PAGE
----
Polylactic acid or polylactide (PLA, Poly) is a biodegradable thermoplastic aliphatic polyester derived from renewable resources, such as corn starch (in the United States and Canada), tapioca roots, chips or starch (mostly in Asia), or sugarcane (in the rest of the world). In 2010, PLA had the second highest consumption volume of any bioplastic of the world.
PLA can be processed by extrusion, injection molding, film and sheet casting, 3d printing, and spinning, providing access to a wide range of materials.
Being able to degrade into innocuous lactic acid, PLA is used as medical implants in the form of anchors, screws, plates, pins, rods, and as a mesh. Depending on the exact type used, it breaks down inside the body within 6 months to 2 years. This gradual degradation is desirable for a support structure, because it gradually transfers the load to the body (e.g. the bone) as that area heals. The strength characteristics of PLA and PLLA implants are well documented.
PLA can also be used as a decomposable packaging material, either cast, injection-molded, or spun. Cups and bags have been made from this material. In the form of a film, it shrinks upon heating, allowing it to be used in shrink tunnels. It is useful for producing loose-fill packaging, compost bags, food packaging, and disposable tableware. In the form of fibers and non-woven textiles, PLA also has many potential uses, for example as upholstery, disposable garments, awnings, feminine hygiene products, and diapers.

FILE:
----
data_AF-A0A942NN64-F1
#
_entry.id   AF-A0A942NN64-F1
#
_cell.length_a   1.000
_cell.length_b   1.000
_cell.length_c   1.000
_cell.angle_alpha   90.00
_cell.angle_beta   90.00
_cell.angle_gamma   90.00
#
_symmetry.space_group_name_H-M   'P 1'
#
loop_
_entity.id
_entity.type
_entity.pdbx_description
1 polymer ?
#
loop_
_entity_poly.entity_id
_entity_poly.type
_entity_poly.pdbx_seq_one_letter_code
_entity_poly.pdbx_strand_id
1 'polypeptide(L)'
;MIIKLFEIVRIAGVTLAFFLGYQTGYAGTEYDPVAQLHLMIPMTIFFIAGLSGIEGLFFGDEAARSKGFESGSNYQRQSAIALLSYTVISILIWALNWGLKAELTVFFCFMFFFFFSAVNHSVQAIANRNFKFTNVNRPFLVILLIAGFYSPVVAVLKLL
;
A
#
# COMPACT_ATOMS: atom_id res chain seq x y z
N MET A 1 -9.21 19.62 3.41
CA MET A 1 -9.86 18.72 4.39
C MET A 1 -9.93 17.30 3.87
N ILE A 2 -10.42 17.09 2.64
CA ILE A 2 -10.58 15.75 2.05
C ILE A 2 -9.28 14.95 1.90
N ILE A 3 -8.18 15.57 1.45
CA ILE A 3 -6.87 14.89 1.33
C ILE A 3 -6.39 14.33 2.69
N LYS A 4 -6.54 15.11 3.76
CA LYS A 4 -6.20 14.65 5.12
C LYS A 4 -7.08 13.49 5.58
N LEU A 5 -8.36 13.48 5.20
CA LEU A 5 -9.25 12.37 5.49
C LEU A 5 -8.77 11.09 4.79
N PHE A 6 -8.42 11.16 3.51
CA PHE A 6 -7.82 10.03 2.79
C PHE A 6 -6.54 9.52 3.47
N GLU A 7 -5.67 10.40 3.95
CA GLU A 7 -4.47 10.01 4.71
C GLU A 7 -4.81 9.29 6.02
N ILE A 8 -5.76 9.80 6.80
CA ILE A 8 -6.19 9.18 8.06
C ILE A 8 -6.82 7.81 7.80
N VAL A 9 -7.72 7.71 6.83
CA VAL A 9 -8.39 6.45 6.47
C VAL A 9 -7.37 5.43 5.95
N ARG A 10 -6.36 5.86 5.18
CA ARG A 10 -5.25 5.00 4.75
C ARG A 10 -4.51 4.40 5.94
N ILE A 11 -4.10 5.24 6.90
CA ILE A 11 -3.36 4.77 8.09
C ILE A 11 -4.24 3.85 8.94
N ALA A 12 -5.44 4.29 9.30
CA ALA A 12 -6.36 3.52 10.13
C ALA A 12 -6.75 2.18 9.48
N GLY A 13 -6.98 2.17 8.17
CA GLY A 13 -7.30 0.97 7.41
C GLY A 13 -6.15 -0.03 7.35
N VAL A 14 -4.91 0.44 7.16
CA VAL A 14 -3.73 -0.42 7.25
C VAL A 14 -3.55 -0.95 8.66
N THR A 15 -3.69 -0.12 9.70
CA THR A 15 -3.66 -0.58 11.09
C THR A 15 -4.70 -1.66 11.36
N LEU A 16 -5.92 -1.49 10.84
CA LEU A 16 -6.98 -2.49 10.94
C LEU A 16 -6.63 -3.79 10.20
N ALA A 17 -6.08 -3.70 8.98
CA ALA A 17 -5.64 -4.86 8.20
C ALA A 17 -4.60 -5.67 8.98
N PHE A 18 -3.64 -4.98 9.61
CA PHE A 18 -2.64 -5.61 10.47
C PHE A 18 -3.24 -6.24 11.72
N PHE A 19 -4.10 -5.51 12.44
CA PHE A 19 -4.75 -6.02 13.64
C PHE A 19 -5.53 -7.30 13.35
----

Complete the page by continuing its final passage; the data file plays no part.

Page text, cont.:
Racemic and regular PLLA has a low glass transition temperature, which is undesirable. A stereocomplex of PDLA and PLLA has a higher glass transition temperatures, lending it more mechanical strength. It has a wide range of applications, such as woven shirts (ironability), microwavable trays, hot-fill applications and even engineering plastics (in this case, the stereocomplex is blended with a rubber-like polymer such as ABS). Such blends also have good form stability and visual transparency, making them useful for low-end packaging applications. Pure poly-L-lactic acid (PLLA), on the other hand, is the main ingredient in Sculptra, a long-lasting facial volume enhancer, primarily used for lipoatrophy of cheeks. Progress in biotechnology has resulted in the development of commercial production of the D enantiomer form, something that was not possible until recently.
PLA is also used as a feedstock material in 3D printers. The properties enable PLA printed solids to be encased in plaster-like moulding materials, then burned out in a furnace, so that the resulting void can be filled with molten metal. This is known as “lost PLA casting”, a type of investment casting.